Reader reaction is addictive and it’s what saw me posting Hedoschism when I was only a very short way through writing it, despite the fact, I SWORE after finishing the Whitechapel Chronicles that I wouldn’t post anything new until I was about 25-30 chapters in. Writing the third and last book of Whitechapel became a slog. The pressure of knowing I needed to update to keep my readers engaged meant that I struggled to write, and when I did, the quality took a nose dive or I would binge-write 5000 words in one day and then spend the next 2 weeks exhausted and sick of the sight of my own manuscript. In truth, writing online serialised fiction is not the healthiest way to write when you need to stick to a decent schedule. I found it harder and harder to dive back into my work each time I updated and it was much easier to lose interest and fall out of love with my story. Procrastination becomes a preferred past-time and I became a bit of an expert at it.
When I started Hedoschism, I promised myself I wouldn’t put myself through that kind of writing experience again. I was going to wait. I was going to work offline and then upload only when I had a significant chunk completed, but then, the inevitable happened.
I went through a Wattpad-reader withdrawal.
Comments and reaction on Whitechapel had started to dry up as readers completed the series and I was left with… well, not much happening, if I’m being honest. Suddenly, I craved the attention again. I wanted to know that I hadn’t disappeared into the void and become a Ghost of Wattpad Past. And, much like social media junkies, I feared becoming irrelevant. Invisible. I worried I’d be forgotten and that when I did finally decide to upload a new work, no one would even care anymore. So, what did I do? Well, I made the fatal mistake of uploading a few chapters and plunging myself right back into the mire of feeling the pressure to update, knowing I couldn’t keep up with any kind of schedule and generally feeling miserable again about my writing.
I love Wattpad. I do. I appreciate everything I’ve achieved there. I appreciate every opportunity HQ have given me. I appreciate every single reader who takes time out of their day to support me, whether they’re vocal or silent. But, the sad facts are, that I have to learn the art of letting go of the buzz of instantaneous reader reaction. I have to let go of my addiction to it. If I am to do anything with my writing, I have to devote time to it. I have to nurture it a bit more. If I am to continue on Wattpad, I have to upload stories in a way my readers deserve and that means regular updates and a more dedicated schedule. I want to be in a position where I can say, ‘here you go, here’s a chapter and there’ll be another tomorrow and then another the next day.’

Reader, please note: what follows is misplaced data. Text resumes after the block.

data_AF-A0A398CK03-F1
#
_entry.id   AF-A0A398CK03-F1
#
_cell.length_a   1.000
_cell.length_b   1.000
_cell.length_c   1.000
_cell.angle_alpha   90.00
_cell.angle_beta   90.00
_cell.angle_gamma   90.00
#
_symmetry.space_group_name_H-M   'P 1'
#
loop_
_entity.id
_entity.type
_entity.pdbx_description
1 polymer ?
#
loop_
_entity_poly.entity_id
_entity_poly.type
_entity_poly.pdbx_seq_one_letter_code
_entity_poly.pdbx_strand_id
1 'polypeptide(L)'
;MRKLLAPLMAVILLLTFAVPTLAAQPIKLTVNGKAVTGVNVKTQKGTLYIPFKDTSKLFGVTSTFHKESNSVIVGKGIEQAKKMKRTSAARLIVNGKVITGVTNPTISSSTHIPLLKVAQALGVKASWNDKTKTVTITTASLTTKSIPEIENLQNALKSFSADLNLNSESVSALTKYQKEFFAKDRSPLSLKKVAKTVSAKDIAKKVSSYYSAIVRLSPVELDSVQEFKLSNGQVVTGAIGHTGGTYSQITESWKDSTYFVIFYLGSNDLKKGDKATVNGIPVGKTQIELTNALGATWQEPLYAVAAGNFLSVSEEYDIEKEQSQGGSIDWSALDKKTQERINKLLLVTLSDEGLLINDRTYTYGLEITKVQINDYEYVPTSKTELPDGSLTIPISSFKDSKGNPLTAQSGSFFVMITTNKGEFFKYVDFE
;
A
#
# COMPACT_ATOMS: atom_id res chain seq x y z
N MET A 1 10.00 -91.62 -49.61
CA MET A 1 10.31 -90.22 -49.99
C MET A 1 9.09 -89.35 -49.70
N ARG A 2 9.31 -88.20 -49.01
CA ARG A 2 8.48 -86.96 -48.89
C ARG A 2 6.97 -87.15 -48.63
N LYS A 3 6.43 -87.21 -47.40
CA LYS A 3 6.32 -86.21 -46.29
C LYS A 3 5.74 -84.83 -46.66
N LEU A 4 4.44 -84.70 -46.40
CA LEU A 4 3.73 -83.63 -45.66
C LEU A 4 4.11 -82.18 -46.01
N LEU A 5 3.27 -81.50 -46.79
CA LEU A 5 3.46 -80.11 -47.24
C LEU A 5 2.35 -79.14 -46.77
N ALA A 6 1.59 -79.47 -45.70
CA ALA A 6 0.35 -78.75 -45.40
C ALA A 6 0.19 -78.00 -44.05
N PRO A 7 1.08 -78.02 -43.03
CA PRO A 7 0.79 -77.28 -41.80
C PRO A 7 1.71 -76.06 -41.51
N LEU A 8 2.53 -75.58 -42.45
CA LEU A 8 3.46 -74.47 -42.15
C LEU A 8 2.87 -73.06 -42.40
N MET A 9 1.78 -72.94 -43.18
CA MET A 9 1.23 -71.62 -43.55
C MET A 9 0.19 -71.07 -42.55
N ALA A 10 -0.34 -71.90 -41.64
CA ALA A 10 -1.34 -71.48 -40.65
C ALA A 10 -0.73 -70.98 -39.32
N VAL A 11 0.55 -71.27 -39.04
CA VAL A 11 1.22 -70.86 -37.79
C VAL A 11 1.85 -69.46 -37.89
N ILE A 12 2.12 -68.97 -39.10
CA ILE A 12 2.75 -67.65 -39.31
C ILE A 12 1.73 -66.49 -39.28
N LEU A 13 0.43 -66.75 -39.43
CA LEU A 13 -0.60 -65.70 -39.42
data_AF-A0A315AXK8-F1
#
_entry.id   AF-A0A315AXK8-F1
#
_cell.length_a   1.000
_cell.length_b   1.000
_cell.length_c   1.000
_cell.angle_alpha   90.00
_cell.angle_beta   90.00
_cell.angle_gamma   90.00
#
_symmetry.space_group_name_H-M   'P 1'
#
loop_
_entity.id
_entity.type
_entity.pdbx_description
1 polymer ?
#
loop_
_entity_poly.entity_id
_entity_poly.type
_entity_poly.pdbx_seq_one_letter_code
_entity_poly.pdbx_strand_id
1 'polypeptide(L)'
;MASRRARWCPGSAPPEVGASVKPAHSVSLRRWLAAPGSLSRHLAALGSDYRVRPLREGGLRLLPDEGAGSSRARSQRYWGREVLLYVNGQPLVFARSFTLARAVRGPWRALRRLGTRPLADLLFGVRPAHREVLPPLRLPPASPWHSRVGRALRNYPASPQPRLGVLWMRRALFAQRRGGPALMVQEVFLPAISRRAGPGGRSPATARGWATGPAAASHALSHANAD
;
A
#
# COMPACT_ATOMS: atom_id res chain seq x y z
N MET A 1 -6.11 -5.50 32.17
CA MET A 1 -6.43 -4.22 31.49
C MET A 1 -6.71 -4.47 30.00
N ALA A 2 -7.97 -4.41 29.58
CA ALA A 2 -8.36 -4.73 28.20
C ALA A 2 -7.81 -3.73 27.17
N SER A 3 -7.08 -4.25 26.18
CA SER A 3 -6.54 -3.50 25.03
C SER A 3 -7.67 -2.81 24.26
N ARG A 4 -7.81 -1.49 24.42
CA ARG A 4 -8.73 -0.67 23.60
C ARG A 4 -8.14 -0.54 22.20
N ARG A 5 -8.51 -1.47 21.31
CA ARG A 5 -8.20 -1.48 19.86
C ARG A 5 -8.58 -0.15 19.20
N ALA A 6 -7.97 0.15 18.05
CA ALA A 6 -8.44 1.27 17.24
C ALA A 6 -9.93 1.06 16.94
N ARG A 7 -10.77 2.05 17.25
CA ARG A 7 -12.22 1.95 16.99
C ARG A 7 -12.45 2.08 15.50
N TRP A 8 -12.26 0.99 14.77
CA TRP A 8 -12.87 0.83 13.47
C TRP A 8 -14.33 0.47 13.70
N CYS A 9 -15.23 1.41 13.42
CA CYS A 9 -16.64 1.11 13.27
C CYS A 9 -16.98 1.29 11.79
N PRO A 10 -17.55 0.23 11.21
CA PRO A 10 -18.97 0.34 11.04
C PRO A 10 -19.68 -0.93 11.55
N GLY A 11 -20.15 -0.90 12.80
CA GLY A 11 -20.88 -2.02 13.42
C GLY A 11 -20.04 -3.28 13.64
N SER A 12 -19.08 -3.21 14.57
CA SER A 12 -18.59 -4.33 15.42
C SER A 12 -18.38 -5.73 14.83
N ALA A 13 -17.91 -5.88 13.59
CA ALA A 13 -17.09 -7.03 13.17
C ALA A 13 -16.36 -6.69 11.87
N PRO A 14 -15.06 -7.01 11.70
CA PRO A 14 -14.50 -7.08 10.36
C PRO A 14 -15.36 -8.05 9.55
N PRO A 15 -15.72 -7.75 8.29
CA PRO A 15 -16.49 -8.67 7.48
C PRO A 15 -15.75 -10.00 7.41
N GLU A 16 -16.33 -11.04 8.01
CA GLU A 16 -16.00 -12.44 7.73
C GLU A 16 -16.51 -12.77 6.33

And, so, I’ve decided – with a bit of a heavy heart – that I’m going to take a step back and write my next full-length piece completely offline. I have a queue of ideas I am desperate to start working on, including one that’s been on the back-burner for months now, plus a couple of genre-swap stories that I fancy trying my hand at. I’m not withdrawing from Wattpad – I could never go completely cold-turkey – as I’m still going to post a few bonus chapters and maybe some short stories here and there, but there won’t be another novel until it’s done and dusted offline and ready to post in its entirety.
I’m hoping – praying – that this will kick start an increase in productivity and will help me fall back in love with the writing process again. I know it’s not going to be easy. Like I said, my readers ARE the best (and this is the hill that I’ll die on) and Wattpad is an addiction I’ve had for 6 years, but I’m determined to be a better writer and provide better content.
If you’re one of my readers, I love you – thank you for an incredible 6 years so far!